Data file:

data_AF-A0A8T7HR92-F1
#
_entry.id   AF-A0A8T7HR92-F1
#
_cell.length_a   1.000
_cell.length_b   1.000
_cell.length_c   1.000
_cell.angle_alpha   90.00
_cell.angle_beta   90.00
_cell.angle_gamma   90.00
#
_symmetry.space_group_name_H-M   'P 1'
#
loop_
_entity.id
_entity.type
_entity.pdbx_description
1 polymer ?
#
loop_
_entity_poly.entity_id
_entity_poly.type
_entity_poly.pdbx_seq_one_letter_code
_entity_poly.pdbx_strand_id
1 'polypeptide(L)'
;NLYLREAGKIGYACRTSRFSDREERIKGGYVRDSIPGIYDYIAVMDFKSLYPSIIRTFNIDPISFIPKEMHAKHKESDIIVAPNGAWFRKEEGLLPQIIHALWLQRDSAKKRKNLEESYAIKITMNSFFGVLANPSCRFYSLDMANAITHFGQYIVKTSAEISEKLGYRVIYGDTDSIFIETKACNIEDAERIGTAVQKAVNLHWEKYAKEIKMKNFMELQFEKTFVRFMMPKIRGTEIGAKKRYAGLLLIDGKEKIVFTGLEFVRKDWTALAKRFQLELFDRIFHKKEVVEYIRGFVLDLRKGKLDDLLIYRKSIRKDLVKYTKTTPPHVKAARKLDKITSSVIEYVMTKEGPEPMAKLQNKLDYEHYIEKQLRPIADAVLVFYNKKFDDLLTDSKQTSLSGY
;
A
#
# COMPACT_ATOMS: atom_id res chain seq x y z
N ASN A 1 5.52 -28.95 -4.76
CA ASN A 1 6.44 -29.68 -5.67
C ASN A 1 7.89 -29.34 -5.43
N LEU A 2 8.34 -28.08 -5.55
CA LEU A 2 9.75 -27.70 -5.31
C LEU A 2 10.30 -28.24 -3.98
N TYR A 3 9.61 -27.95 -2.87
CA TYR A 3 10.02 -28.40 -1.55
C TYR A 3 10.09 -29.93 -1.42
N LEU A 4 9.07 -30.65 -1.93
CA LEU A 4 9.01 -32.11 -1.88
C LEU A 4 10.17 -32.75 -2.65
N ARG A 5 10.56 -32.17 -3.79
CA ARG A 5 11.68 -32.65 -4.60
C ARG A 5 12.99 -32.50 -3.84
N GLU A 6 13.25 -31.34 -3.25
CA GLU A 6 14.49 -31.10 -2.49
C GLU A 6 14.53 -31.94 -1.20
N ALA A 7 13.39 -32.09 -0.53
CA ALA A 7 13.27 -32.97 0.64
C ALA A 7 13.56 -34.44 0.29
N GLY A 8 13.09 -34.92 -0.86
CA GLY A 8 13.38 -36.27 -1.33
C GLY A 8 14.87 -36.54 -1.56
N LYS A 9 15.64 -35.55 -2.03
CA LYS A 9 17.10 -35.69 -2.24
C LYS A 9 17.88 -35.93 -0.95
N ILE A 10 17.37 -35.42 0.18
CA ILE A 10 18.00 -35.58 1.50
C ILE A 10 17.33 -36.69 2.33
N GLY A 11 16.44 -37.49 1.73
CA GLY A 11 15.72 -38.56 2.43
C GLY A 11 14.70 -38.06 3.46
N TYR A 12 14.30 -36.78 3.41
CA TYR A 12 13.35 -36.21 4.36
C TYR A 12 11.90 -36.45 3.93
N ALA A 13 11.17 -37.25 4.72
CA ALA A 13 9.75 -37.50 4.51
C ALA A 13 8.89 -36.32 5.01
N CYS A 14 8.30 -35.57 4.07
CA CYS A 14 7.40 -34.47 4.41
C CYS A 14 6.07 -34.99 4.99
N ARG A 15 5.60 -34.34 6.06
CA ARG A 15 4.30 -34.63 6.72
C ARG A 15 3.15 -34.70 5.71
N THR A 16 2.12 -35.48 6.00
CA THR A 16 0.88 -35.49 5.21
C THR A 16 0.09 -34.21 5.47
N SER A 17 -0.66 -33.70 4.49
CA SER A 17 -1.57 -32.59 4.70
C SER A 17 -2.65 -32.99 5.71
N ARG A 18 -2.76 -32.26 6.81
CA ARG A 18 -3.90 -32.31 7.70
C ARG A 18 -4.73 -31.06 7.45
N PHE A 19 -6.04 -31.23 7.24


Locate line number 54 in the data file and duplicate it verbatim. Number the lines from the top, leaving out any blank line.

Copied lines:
C GLY A 8 14.87 -36.54 -1.56